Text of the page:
JANUARY 15, 2014

Desert Foothills Theater presents Little Shop of Horrors Jan. 17 - 26

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SCOTTSDALE – We’ve all killed our share of house plants. But what if the plant returned the favor? Desert Foothills Theater (DFT), a division of the Foothills Community Foundation, presents Little Shop of Horrors running Fri., Jan. 17 through Sun., Jan. 26, 2014 in the Black Box Theatre of Cactus Shadows Fine Arts Center, 33606 N. 60th Street, in North Scottsdale.
Directed by Dale Nakagawa with musical direction by Jen Whiting, Little Shop of Horrors tells the story of Seymour Krelborn, an orphan, loser and nebbish. His dead-end job in a skid-row flower shop is enlivened only by his love for the beautiful Audrey, seemingly destined to remain unrequited. Then one day at the wholesale flower market, after a mysterious solar eclipse, Seymour takes home a very special plant, which he names Audrey II. The plant grows, sings and has very unusual ... appetites.

Nakagawa said he jumped at the opportunity to direct the cast of 17 teenage actors in DFT’s production.

“Little Shop of Horrors is one of the most fun musicals out there. From the sardonic, man-eating plant, to the Greek Chorus of Doo-Wop girls to the brilliantly textured, funny yet touching story - what's there not to love?” he said.

Audience members familiar with the musical will get a refreshing new look at the show. “Some parts have been re-imagined in new ways and others have been expanded. The overall production has been drawn back toward its roots in 1960s B-movie mania while keeping the veneer of the Broadway musical. It truly will be fun for the whole family,” he said.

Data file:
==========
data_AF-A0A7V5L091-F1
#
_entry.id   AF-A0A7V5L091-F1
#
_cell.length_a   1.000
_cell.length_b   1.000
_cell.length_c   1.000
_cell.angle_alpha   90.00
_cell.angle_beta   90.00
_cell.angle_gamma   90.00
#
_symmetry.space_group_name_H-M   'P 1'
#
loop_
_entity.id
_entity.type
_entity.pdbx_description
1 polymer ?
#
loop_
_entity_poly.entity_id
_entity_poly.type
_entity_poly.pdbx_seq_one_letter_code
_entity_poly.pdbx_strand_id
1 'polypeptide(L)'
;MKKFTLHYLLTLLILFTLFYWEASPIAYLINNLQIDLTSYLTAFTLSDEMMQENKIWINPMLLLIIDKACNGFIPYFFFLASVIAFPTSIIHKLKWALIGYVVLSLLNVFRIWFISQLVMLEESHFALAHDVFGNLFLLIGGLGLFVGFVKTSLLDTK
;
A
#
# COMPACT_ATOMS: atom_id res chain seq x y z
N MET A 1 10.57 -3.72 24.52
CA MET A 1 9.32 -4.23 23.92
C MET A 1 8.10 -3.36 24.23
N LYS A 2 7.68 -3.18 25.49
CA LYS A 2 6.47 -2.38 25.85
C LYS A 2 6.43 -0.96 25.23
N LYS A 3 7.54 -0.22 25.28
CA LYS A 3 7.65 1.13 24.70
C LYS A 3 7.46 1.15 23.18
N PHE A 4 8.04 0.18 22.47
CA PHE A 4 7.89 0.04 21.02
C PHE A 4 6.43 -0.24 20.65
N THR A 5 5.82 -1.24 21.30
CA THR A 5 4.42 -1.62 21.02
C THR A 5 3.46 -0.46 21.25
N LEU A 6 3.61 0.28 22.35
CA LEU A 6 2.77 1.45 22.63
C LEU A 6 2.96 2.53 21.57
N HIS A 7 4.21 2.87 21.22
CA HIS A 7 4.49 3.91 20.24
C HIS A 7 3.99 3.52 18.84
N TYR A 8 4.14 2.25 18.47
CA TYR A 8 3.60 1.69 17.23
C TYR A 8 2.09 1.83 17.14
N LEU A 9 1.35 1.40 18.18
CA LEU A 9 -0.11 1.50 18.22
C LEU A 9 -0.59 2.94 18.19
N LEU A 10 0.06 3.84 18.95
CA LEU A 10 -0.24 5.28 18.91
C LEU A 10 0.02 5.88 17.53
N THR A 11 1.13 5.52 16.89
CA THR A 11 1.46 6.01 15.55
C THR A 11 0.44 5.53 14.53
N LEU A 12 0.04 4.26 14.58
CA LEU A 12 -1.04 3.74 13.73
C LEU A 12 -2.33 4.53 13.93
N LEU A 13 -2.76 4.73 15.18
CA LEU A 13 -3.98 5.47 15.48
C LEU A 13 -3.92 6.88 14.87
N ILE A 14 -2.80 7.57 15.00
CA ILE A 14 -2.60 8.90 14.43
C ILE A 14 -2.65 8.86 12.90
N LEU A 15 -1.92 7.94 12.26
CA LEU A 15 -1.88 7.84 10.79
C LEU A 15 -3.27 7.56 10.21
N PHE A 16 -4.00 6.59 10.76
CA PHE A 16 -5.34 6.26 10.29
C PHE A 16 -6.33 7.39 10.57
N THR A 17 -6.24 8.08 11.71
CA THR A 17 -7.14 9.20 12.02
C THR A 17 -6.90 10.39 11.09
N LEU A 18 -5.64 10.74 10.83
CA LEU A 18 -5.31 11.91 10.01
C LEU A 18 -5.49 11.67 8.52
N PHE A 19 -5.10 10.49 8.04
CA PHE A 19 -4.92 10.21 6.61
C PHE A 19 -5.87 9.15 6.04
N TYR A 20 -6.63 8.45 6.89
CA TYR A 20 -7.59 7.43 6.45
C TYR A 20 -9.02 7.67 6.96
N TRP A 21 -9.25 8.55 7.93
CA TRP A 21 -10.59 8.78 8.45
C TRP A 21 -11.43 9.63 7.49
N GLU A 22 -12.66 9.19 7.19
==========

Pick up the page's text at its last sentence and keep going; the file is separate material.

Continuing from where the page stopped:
One of the biggest challenges of directing the show involves bringing a gigantic puppet plant to life.

“Much of staging revolves around how people interact with each other, so we try to treat the puppet as just another character, yet we are unable to move the plant as we would other types of puppets. Mason Reeves, who voices the puppet, needs to bring even more energy, inflection and meaning to his lines so that we can hear his interaction rather than see it,” Nakagawa said.
The most unique element to DFT’s production involves casting a female actor in the role of the flower shop owner, Mr. – now Mrs. – Mushnik.

“We did have boys who auditioned who could have played the role but I felt that Becca Bauer brought a unique quality to the role that is fantastically fun to watch,” he said.

Performances are at 7 p.m. Friday and Saturday and at 2 p.m. on Sunday. A special 2 p.m. performance featuring a Q&A after the show will take place on Sat., Jan. 25. Tickets range from $15-$21 for adults and $11-$16 for youth and students. Group sale discounts available for groups of 10 or more. Visit www.dftheater.org or call 480-488-1981.